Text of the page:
experienced in past 12 months and help-seeking
behaviour (disaggregated by age groups)
Overview of country studies
Years and frequency of implementation
• Among the 40 national studies :
12 conducted in 2008 alone
9 conducted after 2008, the latest in 2011
19 studies conducted before, the earliest in
2002-2003
• 36 of the 40 national studies were conducted just
once
Coverage by region
Number of national studies by region
14
12
12
10
10
8
6
5
4
4
2
4
3
2
0
Industralized
Countries
Middle East
and North
Africa
Eastern
Europe
Latin America West and
Eastern and
and Carribean Central Africa
Southern
Africa
Note: This table does not included countries that collected data on VAC through MICS, DHS, GSBS or HBSC.
Asia and
Pacific
Coverage by country
Number of national studies by country and region
Industrialized countries
Germany
UK
2
1
1
Middle East and North Africa
Jordan
Lebanon
Morocco
3
1
1
1
Eastern Europe
Armenia
Georgia
Moldova
4
1
2
1
West and Central Africa
Gambia
Ghana
Guinea
Mali
5
1
2
1
1
Asia and Pacific
China
Fiji
India
Kiribati
Malaysia
Maldives
Philippines
Solomon Islands
Timor-Leste
Vanuatu
Viet Nam
12
1
1
1
1
1
1
2
1
1
1
1
Eastern and Southern Africa
Ethiopia
Kenya
Malawi
Swaziland
Tanzania
Uganda
10
2
1
2
1
1
3
Latin America and Caribbean
Dominican Republic
Eastern Caribbean Multi Country Study
Chile
Mexico
4
1
1
1
1
Note: This table does not included countries that collected data on VAC through MICS, DHS, GSBS or HBSC.
Commissioning and implementation
• Of the 40 national studies identified, most were commissioned by
government agencies (19), followed by NGOs (10), international
organizations (11) and academic institutions
• Most of the studies conducted before 2006 were undertaken by
research institutions or NGOs. During and after 2006, 31 studies
were conducted with governments’ participations
• Little information on the identity of the organization or individuals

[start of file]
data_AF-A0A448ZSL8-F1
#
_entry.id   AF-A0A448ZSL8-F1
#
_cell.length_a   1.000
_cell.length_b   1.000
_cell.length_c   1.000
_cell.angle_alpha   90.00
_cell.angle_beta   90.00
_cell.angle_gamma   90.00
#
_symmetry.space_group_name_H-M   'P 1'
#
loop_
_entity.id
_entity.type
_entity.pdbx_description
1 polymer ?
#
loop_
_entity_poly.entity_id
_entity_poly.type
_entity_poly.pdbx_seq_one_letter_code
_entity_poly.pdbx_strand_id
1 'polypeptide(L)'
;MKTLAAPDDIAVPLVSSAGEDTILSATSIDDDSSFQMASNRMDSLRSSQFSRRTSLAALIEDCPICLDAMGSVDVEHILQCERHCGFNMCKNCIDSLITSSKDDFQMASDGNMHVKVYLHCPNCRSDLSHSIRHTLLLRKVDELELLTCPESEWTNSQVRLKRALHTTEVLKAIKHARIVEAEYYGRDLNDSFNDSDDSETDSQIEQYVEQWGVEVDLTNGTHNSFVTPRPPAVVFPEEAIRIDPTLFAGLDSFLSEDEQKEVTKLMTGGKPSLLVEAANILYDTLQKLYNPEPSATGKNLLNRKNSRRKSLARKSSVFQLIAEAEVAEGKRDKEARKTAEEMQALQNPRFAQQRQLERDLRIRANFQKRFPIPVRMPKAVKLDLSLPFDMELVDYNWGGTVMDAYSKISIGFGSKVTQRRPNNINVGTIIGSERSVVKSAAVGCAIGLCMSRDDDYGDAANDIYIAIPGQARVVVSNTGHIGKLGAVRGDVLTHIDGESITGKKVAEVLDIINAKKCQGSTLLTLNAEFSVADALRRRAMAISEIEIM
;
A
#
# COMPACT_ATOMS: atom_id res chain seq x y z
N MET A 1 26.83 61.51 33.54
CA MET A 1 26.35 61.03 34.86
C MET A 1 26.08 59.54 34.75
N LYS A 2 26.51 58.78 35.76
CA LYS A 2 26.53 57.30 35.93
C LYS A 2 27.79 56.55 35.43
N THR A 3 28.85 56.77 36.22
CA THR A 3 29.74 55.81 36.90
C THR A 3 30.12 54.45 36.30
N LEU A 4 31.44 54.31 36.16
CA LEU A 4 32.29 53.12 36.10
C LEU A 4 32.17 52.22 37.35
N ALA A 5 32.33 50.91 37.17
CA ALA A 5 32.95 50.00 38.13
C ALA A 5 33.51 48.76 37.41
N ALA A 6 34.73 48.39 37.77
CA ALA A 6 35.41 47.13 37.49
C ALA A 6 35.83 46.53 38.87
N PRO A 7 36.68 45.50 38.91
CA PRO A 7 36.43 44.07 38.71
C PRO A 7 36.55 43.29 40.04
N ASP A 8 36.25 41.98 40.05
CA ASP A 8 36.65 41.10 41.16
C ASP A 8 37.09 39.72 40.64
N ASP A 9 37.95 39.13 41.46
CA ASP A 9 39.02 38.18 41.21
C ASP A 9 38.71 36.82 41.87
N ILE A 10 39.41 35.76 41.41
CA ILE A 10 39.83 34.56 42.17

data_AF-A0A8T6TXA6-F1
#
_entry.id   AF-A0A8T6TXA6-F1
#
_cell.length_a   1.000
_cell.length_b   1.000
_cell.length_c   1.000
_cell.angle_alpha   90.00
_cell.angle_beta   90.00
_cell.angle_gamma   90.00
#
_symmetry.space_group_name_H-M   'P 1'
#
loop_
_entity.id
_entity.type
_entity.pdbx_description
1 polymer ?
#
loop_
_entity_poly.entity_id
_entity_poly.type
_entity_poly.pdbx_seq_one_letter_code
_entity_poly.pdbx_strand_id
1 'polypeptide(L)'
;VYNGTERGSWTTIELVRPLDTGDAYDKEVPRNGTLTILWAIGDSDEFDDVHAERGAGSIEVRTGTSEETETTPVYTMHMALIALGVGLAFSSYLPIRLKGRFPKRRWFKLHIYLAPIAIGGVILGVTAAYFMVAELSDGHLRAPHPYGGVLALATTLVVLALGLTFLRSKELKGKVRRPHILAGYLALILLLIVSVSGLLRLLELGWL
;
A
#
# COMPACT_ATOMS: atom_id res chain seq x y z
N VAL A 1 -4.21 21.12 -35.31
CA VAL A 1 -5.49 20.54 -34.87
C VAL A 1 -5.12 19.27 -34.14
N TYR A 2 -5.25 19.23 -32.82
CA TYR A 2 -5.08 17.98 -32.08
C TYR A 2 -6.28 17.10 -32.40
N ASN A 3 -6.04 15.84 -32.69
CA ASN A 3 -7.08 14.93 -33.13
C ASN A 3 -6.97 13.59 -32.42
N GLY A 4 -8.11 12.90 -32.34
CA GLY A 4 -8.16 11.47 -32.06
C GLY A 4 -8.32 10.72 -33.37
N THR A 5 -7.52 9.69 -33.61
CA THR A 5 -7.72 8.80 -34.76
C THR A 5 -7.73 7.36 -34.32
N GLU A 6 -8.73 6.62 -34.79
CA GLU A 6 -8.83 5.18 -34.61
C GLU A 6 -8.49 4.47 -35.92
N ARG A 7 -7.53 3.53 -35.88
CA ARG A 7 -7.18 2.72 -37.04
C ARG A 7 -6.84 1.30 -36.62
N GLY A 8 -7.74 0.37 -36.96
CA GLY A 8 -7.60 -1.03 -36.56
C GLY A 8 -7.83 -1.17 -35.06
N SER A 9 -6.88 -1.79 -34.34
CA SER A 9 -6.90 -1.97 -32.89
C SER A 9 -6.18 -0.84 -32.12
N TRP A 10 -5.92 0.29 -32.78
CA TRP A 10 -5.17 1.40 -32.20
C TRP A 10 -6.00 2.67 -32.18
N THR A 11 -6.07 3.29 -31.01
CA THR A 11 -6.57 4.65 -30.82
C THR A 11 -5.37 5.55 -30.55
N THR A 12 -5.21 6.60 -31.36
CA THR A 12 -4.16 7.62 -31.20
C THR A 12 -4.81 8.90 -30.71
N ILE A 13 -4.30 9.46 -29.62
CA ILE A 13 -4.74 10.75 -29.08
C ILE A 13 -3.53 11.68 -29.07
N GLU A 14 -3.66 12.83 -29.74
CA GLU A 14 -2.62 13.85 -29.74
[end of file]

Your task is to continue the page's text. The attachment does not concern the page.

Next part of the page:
implementing the survey. When information is available, most
studies conducted by a (team of) consultants
• Few studies used the same teams of consultants
Some information on the study design
• Most studies were household surveys, few school based
• Full questionnaire available for only 15 of the studies
• In 16 studies self-administered questionnaire, 11
interviews, rest unknown
• Respondents: children from age 5 (mostly adolescents)
and adults (as victims and as perpetrators)
Definitions and indicators
• Vast majority of the surveys identified in this review
used their own definitions (15)
• In a few cases, definition used reflected national legal
framework (3)
• Frequent references to the CRC (24)
• Some references to the WHO definitions of violence
and abuse (5)
• Rationale for selection the target population or
definitions not given in most cases (17)
Questionnaire design
• Majority of surveys developed/used own tools
• 12 studies relied on modified versions of the CTS or
ICAST
• Limited information on how the tools were
developed and selected
– Cognitive testing= no information/not done
– Field testing of the questionnaire prior to survey
implementation = no information/not done
– Pilot testing in 27 cases
Types of violence covered
40
35
30
34
28
25
25
22
20
15
11
10
7
5
0
Physical violence Sexual violence
Emotional
violence
Corporal
punishment
Neglect
Bullying
Types of violence covered
Physical abuse
Corporal punishment
Sexual abuse
X
Emotional abuse
X
X
Neglect
Bullying
No. of Studies
4
X
1
X
1
X
X
X
X
X
1
X
2
X
4
X
X
X
X
X
X
X
X
X
X
X
X
2
2
X
2
4
X
X
X
X
X
X
X
X
X
X
X
X
X
X
X
X
X
X
X
X
X
X
X
X
X
X
2
3
2
X
1
2
2
1
X
4
Questionnaire content
• Content: experience of violence (35), attitudes
(4), perpetuation (3)
• Most surveys collected information of lifetime
experience of violence, 12 surveys collected